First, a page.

Saturday 25 March 2017

Six Four, by Hideo Yokoyama

A few thoughts on Six Four, by Hideo Yokoyama: 

  • This book is BIG compared to typical crime novels. My paperback edition is 630 pages. It also has a lot more characters than usual – nearly two dozen, and it took me several chapters to get used to the feel of the thing. Just as a counterpoint bit of data: another Japanese hit: The Devotion of Suspect X, which is just about 300 pages, and has no more than a half-dozen total names.
  • The theme is also not comparable to the typical thriller or crime novel. Six Four delights in setting up a world with multiple factions and rivalries, all around the functioning of a police department. The tension comes from the politics within, as well as the cases without. Some reviewers have talked of the novel “meandering” throughout the middle part before finally returning to the main theme. I disagree – the “main theme” - that of the numerous complexities that a police system develops – is very tightly coupled with the main crime and its eventual resolution. If there’s another book that this reminds me of, it would be James Ellroy’s Black Dahlia, though that goes off in a totally different direction.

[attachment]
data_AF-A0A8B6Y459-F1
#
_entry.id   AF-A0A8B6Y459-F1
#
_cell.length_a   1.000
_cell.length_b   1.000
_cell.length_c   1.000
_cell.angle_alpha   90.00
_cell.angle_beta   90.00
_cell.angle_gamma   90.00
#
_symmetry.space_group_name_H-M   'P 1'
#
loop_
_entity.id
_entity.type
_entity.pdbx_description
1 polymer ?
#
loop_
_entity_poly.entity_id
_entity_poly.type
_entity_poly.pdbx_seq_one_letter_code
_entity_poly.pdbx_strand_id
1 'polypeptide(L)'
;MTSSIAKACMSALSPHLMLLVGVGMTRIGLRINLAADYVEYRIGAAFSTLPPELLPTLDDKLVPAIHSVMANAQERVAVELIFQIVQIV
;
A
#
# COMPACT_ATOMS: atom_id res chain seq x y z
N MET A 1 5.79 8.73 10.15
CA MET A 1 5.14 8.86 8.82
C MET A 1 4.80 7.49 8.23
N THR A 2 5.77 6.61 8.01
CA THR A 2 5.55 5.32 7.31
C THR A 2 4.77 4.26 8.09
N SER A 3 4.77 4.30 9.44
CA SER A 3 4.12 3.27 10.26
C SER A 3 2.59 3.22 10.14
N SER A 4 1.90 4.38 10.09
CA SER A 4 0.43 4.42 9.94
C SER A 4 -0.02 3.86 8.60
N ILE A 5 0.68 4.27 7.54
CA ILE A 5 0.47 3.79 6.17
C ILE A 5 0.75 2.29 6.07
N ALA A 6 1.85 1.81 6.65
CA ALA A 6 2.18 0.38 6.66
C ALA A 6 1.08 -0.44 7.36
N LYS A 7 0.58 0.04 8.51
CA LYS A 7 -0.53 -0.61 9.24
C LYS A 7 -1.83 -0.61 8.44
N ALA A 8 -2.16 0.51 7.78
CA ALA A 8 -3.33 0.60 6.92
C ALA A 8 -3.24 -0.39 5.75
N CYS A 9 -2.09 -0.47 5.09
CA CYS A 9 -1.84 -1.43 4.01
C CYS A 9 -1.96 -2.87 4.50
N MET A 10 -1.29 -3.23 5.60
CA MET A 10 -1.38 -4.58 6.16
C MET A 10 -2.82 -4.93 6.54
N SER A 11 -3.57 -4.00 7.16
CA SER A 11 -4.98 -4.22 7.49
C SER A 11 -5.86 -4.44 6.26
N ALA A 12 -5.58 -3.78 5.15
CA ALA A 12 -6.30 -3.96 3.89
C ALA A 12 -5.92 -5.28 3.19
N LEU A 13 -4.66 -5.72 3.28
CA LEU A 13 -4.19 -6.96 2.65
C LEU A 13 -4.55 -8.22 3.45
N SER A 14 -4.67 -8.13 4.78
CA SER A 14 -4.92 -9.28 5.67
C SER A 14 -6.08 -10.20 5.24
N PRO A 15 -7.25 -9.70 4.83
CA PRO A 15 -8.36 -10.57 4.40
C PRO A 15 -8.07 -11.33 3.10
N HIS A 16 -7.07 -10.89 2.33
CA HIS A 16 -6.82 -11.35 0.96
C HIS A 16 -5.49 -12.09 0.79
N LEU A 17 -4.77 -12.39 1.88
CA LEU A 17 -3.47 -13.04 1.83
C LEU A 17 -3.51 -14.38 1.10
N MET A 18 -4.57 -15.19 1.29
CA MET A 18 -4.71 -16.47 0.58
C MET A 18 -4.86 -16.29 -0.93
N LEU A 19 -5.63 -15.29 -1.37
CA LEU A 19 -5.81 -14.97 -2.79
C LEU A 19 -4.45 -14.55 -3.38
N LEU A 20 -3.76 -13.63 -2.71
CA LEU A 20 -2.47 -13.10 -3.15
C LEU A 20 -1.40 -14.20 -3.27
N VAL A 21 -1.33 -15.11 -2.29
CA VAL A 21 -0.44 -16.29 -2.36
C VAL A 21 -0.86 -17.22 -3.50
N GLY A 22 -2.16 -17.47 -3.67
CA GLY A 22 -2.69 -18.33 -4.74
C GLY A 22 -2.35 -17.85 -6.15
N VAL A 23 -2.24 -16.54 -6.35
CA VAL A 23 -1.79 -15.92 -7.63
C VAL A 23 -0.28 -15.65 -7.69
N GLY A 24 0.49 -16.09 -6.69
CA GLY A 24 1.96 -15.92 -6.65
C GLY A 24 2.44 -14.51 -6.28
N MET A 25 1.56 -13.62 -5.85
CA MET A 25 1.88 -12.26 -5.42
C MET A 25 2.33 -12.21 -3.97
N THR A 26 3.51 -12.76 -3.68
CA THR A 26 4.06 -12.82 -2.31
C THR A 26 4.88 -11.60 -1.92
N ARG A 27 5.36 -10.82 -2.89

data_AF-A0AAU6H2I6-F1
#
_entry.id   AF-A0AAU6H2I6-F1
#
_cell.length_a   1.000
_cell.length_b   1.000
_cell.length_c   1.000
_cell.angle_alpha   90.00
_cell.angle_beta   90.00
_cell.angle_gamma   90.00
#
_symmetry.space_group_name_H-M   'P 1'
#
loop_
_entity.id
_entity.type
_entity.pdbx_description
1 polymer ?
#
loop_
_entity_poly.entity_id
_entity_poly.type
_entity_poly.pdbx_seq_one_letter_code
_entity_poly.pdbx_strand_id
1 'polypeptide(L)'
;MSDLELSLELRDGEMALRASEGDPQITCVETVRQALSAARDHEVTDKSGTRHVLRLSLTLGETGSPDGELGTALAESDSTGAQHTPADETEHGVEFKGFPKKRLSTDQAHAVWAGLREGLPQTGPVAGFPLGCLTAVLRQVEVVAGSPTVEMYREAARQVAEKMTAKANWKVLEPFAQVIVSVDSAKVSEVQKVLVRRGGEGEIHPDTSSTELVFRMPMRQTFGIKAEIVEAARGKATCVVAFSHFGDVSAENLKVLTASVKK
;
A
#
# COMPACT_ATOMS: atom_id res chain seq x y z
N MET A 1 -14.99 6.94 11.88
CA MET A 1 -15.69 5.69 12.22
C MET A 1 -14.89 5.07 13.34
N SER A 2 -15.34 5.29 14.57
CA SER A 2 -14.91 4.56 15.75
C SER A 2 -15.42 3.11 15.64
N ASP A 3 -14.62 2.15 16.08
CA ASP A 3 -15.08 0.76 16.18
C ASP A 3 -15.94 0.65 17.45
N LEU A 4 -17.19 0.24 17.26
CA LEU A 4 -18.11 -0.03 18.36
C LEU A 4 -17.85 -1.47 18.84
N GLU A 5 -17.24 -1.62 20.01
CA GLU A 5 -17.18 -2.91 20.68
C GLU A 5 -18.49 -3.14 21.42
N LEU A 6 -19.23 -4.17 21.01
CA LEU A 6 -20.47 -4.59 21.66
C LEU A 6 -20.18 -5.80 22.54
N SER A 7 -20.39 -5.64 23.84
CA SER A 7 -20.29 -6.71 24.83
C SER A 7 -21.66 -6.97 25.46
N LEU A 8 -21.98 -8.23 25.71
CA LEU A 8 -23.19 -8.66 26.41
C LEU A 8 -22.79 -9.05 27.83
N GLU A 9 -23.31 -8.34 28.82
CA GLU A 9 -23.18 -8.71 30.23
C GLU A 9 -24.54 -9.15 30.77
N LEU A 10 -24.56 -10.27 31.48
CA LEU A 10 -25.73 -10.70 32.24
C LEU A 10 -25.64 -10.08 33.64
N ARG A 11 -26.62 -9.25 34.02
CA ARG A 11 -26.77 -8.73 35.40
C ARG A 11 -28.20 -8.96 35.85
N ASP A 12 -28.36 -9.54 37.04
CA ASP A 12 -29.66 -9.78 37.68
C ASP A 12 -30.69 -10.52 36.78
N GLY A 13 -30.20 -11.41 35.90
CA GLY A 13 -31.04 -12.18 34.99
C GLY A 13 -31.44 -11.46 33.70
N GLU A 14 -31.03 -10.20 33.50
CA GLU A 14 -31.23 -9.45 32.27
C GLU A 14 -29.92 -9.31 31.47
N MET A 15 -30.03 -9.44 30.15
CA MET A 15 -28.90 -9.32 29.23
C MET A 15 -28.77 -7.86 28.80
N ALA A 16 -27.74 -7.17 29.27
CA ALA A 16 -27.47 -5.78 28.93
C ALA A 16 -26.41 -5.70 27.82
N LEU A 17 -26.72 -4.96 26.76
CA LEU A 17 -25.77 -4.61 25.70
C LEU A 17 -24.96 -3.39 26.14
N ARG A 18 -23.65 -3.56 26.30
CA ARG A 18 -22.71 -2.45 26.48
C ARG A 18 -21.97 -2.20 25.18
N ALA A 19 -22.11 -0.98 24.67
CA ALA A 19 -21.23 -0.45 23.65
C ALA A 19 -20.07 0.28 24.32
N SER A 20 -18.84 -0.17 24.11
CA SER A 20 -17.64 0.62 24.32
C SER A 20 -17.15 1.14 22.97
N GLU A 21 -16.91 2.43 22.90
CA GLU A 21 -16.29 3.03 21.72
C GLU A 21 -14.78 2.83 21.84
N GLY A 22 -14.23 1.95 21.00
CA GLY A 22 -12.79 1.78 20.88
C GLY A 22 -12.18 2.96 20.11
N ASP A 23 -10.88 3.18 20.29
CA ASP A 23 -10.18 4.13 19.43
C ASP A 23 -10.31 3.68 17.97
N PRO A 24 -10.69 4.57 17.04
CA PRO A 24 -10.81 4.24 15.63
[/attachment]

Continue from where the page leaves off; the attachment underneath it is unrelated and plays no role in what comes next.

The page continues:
• Not to add spoilers here, but the title refers to a child kidnapping case that the police haven’t been able to solve for 14 years now, and how it has affected the personnel involved in different ways. In parallel, the protagonist’s daughter has disappeared and he is also worked up about an upcoming official’s visit to the department. Not all the threads get resolved completely, but that is part of the point of the book. 
  • Six Four is a deliberate effort to get across the complexities of life in modern Japan – but with a tighter focus on the negatives. I remember a friend once telling me he loved England and it’s ways, purely based on its depiction in P G Wodehouse novels. You’re likely to feel the opposite here – you’ll be scared of Japan based on how it’s depicted here. 
  • Translation is excellent and gets the point across while displaying some real style. I am enthused about reading more by Yokoyama when it becomes available in English. Apparently this book is part of a series, so there should be more to come.

    Should you read it? There’s no denying it’s slow in the first 3/4ths and that it has lots of characters. Unless you’re willing to make a real time commitment to this, you’ll find it frustrating. But if you make the effort, it really pays off.

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